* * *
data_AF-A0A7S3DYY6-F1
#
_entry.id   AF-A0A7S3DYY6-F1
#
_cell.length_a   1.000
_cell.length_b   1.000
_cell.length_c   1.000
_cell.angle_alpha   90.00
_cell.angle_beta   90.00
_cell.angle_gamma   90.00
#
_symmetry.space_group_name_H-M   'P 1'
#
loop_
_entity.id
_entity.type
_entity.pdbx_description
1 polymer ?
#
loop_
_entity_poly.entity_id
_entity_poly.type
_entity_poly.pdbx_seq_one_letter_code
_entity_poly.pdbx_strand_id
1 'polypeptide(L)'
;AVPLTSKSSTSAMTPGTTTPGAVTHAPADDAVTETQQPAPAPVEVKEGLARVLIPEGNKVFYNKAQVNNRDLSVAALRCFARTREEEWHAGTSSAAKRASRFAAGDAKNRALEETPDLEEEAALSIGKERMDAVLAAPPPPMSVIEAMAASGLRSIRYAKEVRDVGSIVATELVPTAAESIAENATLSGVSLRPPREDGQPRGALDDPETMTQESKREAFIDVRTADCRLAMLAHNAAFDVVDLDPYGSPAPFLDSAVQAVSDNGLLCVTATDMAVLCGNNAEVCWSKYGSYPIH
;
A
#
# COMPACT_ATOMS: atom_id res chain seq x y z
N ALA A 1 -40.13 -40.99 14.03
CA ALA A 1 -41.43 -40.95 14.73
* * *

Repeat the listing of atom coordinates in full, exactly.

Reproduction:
data_AF-A0A7S3DYY6-F1
#
_entry.id   AF-A0A7S3DYY6-F1
#
_cell.length_a   1.000
_cell.length_b   1.000
_cell.length_c   1.000
_cell.angle_alpha   90.00
_cell.angle_beta   90.00
_cell.angle_gamma   90.00
#
_symmetry.space_group_name_H-M   'P 1'
#
loop_
_entity.id
_entity.type
_entity.pdbx_description
1 polymer ?
#
loop_
_entity_poly.entity_id
_entity_poly.type
_entity_poly.pdbx_seq_one_letter_code
_entity_poly.pdbx_strand_id
1 'polypeptide(L)'
;AVPLTSKSSTSAMTPGTTTPGAVTHAPADDAVTETQQPAPAPVEVKEGLARVLIPEGNKVFYNKAQVNNRDLSVAALRCFARTREEEWHAGTSSAAKRASRFAAGDAKNRALEETPDLEEEAALSIGKERMDAVLAAPPPPMSVIEAMAASGLRSIRYAKEVRDVGSIVATELVPTAAESIAENATLSGVSLRPPREDGQPRGALDDPETMTQESKREAFIDVRTADCRLAMLAHNAAFDVVDLDPYGSPAPFLDSAVQAVSDNGLLCVTATDMAVLCGNNAEVCWSKYGSYPIH
;
A
#
# COMPACT_ATOMS: atom_id res chain seq x y z
N ALA A 1 -40.13 -40.99 14.03
CA ALA A 1 -41.43 -40.95 14.73